Factors affecting human mortality. Selection. Risk classification. Survival models, survival functions, survival tables. Temporary initial selection in mortality tables. Select, ultimate, and aggregate mortality rates. Single decrement functions and inter-relationships. Radix, decrement rate (failure rate, mortality rate), probability of survival, expectation of life, hazard rate (force of mortality). Human mortality functions. Probability (density) functions, mean, and variance for complete future lifetime and curtate future lifetime. Hazard rate functions due to Gompertz and Makeham. Laws of mortality. Cash flows under financial contracts dependent on death or survival. Concept and calculation of present value and accumulated value of a contingent stream of payments. Mean and variance of such a present value. Equations of value for given contingent payment streams and methods of solution for unknown payment amounts, times of payment, and yields. Cash flows for pure endowments, level and varying immediate annuities, level and varying whole life, endowment, and term assurances, including critical illness insurance, for a single life, and corresponding standard annuity and assurance functions. Present values and accumulated values for such contracts. Mean and variance of such present values. Extension to annuities payable more frequently than once per year and to assurances payable immediately on death. Definition and use of corresponding commutation functions, and their relationships to annuity and assurance functions. Equations of value for net and office premiums for assurance and annuity contracts, and their solution. Reserves and calculation of policy values by both retrospective and prospective methods. Expected and actual death strain, mortality profit. Paid-up policy values, surrender values, alterations. Emergence of profit from a contract, for a given reserving basis and discount rate. Profit testing, profit vector, profit signature, and measures of profitability. Choice of pricing and reserving bases, and why they may differ. Effect of choice of basis on emergence of profit. Cash-flow modelling and profit testing for unit-linked contracts and for complex conventional contracts.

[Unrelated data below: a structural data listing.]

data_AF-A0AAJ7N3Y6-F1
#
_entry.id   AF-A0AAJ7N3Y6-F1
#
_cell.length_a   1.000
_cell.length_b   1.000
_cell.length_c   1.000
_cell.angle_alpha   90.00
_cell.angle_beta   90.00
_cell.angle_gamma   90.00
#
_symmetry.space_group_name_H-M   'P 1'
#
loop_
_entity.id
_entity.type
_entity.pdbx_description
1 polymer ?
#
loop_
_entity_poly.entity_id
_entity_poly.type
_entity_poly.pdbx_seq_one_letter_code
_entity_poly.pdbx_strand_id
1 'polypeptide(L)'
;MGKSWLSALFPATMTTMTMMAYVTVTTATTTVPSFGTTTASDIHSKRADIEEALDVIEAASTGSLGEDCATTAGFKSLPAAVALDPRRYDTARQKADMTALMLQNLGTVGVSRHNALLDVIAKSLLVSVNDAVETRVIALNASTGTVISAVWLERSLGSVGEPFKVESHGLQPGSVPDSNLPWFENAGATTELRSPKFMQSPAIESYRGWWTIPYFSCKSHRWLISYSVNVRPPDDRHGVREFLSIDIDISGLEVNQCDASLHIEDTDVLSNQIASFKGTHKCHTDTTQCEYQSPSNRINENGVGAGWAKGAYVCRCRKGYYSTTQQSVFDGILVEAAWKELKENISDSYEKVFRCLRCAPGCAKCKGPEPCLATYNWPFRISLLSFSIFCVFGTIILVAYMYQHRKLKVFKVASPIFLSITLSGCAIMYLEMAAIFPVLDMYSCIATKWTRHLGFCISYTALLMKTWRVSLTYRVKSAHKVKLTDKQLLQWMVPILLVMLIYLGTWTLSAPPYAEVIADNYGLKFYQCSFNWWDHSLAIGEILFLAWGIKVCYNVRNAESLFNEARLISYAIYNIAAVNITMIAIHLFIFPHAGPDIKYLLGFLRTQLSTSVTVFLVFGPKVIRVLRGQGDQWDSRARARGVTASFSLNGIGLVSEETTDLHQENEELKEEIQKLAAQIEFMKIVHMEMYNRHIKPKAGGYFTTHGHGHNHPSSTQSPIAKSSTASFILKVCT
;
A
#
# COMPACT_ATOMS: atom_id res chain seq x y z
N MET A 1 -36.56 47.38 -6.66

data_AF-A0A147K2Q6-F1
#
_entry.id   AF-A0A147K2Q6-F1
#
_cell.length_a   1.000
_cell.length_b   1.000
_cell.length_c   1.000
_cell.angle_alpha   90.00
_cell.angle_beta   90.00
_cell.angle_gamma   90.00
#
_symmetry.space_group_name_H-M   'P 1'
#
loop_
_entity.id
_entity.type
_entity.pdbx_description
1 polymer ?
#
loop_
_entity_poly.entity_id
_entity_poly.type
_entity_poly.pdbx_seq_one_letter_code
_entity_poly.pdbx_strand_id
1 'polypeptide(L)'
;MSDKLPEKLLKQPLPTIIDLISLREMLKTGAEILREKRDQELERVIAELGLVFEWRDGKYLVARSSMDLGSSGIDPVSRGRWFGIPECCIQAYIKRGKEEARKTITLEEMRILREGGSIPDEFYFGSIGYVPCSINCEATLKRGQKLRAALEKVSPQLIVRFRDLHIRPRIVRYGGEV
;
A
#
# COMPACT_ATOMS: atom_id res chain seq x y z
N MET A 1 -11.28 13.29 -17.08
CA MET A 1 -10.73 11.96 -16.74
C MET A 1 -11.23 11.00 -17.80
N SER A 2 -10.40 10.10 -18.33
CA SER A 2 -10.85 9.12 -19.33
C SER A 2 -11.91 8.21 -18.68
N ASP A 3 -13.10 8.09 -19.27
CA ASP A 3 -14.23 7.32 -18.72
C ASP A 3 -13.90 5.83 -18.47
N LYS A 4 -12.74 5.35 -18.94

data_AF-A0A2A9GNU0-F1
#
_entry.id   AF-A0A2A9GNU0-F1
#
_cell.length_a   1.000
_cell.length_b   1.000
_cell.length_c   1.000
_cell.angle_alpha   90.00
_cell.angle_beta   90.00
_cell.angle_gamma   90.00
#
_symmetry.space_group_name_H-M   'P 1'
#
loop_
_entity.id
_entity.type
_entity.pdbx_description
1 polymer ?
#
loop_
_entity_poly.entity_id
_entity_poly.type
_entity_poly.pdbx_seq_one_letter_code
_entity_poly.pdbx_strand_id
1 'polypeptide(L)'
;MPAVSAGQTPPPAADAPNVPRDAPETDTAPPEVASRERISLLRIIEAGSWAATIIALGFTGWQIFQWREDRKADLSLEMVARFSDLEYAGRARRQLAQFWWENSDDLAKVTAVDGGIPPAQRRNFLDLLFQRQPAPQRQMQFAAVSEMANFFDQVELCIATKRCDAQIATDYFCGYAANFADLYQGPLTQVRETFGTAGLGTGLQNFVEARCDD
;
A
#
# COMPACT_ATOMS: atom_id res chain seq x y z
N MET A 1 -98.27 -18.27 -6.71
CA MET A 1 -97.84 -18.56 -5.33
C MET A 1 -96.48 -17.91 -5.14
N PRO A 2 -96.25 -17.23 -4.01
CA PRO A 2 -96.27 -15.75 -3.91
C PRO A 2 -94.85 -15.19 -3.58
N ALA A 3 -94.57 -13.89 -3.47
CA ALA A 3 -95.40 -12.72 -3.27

### Learning and Teaching